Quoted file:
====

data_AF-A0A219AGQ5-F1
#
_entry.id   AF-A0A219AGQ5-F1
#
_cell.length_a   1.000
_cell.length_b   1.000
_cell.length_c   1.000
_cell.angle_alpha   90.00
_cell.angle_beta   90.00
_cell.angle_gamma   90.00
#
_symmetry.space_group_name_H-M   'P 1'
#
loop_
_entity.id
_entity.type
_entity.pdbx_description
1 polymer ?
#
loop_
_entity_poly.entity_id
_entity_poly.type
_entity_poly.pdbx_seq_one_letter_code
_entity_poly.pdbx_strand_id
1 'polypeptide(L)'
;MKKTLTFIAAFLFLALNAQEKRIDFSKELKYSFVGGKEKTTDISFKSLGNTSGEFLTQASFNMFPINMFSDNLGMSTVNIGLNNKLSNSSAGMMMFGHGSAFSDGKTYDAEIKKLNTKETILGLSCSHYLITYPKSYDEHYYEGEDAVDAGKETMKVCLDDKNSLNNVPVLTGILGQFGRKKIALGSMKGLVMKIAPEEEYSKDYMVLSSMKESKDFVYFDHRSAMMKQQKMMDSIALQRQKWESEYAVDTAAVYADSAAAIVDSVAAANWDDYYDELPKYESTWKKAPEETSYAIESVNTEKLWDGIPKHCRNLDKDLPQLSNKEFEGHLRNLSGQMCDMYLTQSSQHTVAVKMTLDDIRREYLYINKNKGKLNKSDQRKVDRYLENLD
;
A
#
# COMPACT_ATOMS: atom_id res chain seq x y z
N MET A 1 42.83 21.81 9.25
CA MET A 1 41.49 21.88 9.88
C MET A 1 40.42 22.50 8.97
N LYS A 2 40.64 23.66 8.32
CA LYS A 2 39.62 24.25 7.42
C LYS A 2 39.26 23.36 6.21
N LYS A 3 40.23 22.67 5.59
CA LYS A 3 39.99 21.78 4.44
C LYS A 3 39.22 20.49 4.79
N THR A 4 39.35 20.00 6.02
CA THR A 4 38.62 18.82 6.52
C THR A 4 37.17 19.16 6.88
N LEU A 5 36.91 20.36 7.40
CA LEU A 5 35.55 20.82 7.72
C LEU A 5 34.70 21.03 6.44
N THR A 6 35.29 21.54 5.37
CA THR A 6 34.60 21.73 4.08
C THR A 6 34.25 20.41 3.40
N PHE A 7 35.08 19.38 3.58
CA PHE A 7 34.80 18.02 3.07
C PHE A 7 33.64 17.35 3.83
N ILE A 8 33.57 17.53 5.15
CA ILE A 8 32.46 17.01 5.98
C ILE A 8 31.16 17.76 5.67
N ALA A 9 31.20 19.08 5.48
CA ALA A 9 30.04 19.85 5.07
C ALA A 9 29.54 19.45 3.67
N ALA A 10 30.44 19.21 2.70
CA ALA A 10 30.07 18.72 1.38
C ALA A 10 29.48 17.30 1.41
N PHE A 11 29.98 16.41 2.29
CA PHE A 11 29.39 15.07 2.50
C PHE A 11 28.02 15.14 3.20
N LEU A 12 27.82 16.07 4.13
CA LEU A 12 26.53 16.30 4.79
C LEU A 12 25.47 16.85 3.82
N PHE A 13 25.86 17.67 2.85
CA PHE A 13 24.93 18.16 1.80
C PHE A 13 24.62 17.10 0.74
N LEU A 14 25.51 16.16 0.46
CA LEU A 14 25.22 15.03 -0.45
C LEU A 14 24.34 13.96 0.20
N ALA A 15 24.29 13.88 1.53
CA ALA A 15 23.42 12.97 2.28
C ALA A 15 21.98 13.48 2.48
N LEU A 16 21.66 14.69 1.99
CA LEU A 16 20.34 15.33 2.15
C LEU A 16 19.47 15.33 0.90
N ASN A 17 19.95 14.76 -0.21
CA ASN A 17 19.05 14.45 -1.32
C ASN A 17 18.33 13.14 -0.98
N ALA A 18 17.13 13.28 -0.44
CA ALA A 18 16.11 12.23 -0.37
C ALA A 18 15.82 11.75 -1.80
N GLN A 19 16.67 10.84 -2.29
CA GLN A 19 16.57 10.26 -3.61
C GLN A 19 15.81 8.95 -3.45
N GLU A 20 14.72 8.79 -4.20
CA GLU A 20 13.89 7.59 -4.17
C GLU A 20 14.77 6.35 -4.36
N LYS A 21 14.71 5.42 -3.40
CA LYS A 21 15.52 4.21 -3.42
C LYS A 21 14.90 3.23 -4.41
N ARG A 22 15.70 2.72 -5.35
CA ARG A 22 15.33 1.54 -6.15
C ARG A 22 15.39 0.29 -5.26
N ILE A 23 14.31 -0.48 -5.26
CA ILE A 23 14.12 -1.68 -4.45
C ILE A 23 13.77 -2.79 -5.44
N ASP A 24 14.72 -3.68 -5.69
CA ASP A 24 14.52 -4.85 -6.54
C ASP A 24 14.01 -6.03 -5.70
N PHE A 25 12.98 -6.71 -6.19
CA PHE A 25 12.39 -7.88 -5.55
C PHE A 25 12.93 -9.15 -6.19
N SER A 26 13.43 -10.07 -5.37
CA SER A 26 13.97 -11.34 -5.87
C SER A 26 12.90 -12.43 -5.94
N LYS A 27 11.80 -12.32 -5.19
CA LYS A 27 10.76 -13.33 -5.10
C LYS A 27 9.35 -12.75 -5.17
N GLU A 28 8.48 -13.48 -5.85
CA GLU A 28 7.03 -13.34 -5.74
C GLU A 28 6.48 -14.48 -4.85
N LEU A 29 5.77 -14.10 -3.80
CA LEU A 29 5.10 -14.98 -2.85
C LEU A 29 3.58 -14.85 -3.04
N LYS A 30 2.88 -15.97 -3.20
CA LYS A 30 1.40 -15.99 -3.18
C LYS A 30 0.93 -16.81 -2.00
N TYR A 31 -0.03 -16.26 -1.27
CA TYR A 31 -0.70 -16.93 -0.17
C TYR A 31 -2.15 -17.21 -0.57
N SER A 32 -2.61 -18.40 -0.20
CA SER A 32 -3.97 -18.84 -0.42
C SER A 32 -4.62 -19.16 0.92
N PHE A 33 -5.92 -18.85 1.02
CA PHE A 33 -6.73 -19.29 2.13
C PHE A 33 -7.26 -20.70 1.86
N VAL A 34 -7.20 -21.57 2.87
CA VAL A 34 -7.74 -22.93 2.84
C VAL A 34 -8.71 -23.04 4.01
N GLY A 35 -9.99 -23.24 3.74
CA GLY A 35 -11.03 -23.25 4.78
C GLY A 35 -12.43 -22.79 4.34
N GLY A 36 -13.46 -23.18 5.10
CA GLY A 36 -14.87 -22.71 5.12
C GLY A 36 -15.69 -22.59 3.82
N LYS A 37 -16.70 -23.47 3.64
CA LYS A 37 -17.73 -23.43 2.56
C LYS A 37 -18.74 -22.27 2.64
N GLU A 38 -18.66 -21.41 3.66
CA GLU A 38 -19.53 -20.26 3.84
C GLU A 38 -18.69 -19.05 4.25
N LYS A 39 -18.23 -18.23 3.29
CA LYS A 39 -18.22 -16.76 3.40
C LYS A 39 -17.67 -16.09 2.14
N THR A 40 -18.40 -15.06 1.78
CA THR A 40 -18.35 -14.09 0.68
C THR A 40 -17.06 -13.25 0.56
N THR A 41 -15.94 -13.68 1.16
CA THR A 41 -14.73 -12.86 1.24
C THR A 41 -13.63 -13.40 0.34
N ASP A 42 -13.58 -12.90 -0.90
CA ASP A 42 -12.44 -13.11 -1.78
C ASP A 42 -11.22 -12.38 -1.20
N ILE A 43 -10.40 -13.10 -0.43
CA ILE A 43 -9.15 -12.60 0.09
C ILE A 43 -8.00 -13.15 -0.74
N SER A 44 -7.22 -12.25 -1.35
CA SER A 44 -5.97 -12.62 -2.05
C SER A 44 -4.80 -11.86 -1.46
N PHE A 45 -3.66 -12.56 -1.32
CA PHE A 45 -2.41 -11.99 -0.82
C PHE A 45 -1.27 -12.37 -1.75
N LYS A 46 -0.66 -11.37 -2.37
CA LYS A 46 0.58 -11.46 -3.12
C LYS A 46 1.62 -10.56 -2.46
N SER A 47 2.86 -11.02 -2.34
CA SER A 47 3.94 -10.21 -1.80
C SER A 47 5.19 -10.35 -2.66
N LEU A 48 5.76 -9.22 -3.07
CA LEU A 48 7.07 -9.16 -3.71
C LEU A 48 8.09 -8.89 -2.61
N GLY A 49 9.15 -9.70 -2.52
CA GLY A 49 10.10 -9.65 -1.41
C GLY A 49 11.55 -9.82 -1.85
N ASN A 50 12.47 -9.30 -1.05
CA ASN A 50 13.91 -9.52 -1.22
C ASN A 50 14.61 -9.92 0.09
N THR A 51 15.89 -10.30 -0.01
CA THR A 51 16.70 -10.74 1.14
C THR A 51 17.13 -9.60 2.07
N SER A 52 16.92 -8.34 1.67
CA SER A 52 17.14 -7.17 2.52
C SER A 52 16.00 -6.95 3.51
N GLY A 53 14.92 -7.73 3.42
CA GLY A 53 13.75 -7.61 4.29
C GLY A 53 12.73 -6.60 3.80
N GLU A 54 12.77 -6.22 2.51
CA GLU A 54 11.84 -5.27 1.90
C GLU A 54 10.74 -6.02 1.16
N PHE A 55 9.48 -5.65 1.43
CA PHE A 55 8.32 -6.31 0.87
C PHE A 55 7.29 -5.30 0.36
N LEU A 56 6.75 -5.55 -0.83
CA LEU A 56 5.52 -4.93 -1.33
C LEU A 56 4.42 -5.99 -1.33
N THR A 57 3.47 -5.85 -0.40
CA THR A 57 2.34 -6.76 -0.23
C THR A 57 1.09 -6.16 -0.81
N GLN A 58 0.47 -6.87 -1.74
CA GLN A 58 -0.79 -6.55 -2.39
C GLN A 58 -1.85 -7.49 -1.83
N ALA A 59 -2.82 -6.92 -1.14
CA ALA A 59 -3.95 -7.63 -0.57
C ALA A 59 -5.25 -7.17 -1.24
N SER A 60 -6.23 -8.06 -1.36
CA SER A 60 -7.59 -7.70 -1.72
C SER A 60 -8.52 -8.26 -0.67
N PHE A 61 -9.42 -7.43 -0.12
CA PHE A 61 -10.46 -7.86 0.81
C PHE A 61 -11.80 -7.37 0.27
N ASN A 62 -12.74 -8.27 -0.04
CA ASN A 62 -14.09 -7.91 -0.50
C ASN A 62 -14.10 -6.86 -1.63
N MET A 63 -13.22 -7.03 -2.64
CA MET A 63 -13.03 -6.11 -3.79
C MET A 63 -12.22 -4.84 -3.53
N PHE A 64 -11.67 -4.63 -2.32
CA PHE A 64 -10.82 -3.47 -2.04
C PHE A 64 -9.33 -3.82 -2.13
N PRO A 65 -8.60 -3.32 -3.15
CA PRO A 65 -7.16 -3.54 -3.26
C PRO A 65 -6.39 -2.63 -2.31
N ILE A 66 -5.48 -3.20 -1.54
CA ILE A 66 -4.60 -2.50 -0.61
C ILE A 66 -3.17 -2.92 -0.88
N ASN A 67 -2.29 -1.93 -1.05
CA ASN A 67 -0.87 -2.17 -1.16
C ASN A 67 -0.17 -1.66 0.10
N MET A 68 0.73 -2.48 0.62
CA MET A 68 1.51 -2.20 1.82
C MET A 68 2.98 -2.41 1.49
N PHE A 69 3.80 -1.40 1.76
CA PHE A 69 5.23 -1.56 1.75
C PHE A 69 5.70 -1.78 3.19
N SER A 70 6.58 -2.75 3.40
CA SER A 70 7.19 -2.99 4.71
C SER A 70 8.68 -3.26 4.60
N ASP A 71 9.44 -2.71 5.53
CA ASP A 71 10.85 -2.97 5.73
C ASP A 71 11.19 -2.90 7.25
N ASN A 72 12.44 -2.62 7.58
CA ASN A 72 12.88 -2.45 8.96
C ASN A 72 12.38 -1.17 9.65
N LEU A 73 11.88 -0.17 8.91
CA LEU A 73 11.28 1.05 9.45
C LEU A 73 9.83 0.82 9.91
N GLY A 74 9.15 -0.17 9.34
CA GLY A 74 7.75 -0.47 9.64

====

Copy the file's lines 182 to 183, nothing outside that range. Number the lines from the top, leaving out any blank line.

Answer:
CA THR A 51 16.70 -10.74 1.14
C THR A 51 17.13 -9.60 2.07